This week Levi Strauss & Co. published its full-year 2017 financial results–the strongest for the brand in more than a decade. The release shows a particular increase of net revenue of 20% in the European market. Seth Ellison, EVP and president of Europe, explains what strategy has been working for Levi’s.

Seth, 2017 has been a successful year for Levi’s. Why is that so?

The last few years Levi’s has been a sleeping giant and now we have joined our forces to accelerate our approach, getting the right team together and getting the business to move again. We worked on a better connection of the products and have revalued our marketing activities. We have opened almost one retail store every week and kept on organizing elevated presentations at the POS. We expanded into different lifestyle categories. In short: we fought at all fronts. It was an interesting journey and we had great fun.


Your traditional batwing logo shirt is ubiquitous. Why?

Our aim was to create a stronger connection to the consumer. So we had to approach all three, those fans that are still with the brand, those who had been but left and those who never discovered Levi’s. We almost skipped one generation. So we went down to the bottom line and stuck to the relevant products, the jeans and the T-shirt. We want to be a democratic brand. Thus we focused on building bridges, also regarding the price point. The batwing shirt shows both, that we are proud of being a large brand but also that we are authentic and interesting.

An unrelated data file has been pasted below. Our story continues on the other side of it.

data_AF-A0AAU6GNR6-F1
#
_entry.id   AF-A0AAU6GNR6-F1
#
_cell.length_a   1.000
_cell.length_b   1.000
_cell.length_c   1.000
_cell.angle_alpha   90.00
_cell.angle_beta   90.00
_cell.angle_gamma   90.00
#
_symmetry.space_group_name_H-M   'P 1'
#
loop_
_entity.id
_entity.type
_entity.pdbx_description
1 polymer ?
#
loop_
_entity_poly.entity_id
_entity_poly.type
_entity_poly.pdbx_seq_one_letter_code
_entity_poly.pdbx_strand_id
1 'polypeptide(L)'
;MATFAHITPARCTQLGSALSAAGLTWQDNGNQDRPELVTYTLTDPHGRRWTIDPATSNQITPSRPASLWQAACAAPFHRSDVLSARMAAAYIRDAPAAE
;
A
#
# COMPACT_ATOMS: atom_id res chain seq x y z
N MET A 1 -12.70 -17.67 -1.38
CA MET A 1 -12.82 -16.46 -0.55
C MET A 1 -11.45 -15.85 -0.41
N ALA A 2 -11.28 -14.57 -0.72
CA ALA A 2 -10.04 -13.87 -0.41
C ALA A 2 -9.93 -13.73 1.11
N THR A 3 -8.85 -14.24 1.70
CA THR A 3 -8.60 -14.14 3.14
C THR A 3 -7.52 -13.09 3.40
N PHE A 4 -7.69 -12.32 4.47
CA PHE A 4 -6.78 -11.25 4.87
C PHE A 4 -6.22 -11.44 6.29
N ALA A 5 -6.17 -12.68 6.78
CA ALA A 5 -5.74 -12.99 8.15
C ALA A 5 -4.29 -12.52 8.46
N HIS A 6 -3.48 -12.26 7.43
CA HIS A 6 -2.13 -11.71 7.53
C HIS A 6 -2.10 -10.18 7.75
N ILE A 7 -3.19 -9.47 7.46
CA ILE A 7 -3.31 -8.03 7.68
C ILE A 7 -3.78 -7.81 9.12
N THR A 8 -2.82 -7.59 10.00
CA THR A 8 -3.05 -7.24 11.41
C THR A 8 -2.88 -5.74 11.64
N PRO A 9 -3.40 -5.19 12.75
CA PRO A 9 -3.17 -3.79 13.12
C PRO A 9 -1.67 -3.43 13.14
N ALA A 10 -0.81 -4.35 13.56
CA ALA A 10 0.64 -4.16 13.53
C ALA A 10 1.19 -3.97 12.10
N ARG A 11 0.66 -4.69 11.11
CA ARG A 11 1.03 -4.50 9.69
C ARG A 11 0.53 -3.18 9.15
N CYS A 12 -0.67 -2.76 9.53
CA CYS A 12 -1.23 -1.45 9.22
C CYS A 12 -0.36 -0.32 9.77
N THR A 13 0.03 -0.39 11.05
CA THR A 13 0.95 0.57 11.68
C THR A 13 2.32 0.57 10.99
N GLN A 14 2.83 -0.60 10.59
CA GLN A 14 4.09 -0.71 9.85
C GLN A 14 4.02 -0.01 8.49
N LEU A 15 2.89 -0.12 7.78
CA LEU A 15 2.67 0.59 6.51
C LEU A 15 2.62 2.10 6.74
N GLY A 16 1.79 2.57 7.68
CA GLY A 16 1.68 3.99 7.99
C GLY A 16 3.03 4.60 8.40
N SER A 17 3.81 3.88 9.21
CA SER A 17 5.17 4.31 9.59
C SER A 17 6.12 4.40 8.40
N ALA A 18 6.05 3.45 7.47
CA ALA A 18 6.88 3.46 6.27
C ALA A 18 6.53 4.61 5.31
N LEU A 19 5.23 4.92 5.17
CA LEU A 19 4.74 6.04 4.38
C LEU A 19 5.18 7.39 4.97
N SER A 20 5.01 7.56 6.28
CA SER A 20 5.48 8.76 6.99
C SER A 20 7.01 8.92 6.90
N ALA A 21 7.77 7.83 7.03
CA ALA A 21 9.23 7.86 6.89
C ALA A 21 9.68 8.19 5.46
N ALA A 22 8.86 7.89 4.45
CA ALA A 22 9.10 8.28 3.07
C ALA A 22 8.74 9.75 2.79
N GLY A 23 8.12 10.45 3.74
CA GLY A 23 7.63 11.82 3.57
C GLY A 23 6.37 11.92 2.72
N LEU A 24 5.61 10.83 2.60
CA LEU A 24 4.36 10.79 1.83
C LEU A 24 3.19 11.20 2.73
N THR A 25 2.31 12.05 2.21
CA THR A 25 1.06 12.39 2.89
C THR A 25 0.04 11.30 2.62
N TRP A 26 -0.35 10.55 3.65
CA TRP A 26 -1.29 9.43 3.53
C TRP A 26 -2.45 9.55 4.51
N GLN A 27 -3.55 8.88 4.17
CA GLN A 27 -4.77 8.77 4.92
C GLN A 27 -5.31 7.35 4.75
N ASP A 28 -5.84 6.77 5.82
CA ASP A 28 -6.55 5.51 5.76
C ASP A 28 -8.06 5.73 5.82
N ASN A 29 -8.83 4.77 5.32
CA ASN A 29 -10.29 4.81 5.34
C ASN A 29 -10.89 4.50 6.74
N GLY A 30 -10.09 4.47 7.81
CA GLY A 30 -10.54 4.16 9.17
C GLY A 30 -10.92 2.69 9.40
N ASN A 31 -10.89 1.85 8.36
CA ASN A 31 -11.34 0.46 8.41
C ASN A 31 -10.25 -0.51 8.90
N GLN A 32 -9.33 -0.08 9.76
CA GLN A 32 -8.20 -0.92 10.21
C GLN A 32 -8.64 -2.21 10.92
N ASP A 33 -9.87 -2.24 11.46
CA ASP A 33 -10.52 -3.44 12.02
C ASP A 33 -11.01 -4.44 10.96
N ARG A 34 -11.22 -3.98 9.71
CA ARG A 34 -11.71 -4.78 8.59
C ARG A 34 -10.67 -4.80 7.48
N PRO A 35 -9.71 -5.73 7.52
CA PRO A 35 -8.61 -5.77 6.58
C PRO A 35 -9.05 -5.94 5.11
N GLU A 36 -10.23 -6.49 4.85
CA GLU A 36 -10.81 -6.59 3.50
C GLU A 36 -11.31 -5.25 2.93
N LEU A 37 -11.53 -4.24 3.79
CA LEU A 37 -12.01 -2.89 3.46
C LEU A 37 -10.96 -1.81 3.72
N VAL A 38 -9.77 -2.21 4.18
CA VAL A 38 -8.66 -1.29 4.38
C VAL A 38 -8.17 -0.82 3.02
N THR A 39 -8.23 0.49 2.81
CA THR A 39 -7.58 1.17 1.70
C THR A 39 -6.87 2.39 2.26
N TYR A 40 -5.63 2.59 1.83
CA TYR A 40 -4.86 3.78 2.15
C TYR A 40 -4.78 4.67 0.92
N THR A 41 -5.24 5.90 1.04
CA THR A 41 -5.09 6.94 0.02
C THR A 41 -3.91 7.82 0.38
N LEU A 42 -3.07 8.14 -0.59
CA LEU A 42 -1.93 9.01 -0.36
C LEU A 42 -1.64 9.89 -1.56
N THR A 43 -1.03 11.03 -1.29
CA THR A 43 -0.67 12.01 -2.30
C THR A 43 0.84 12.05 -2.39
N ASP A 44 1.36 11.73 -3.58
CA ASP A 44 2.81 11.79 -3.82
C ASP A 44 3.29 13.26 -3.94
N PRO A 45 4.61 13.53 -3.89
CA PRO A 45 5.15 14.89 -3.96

What iconic item comes next?

At this moment the Olympics logo takes up space. But also our new print bar brings up new emblems as well as customized batwings. Our fans will create their own iconic motifs.


How does a brand like Levi’s keep up with the market changes without losing its heritage?

It is all about playing big as a leader but playing small as an authentic brand. It is a good mixture of honesty and being unpredictable. And we truly believe that our consumers are smart. So they have an appreciation for community and responsibility. We organized around 20 music festivals last year but also several events to help refugees at many places. We did numerous collaborations, such as with Justin Timberlake and Jordan by Nike which was sold out within a few hours.


Your direct-to-consumer business was as successful in 2017 as for several other brands. Why is that so?

It is all about experience and therefore we need to renew our focus on the consumer and start to control the relationships. Commoditization and convenience are increasing so that all sales channels will be more and more connected to each other. We as a brand are able to strive to that.


So what is going to happen in 2018?

Already now the momentum has continued. I can see the potential to increase categories like women’s. And also our geographic expansion will go on. We will develop divisions as for instance footwear and accessories. If you don’t continue to excite the customer you will lose them. So we keep our foot on the gas. We will not be slowing down.

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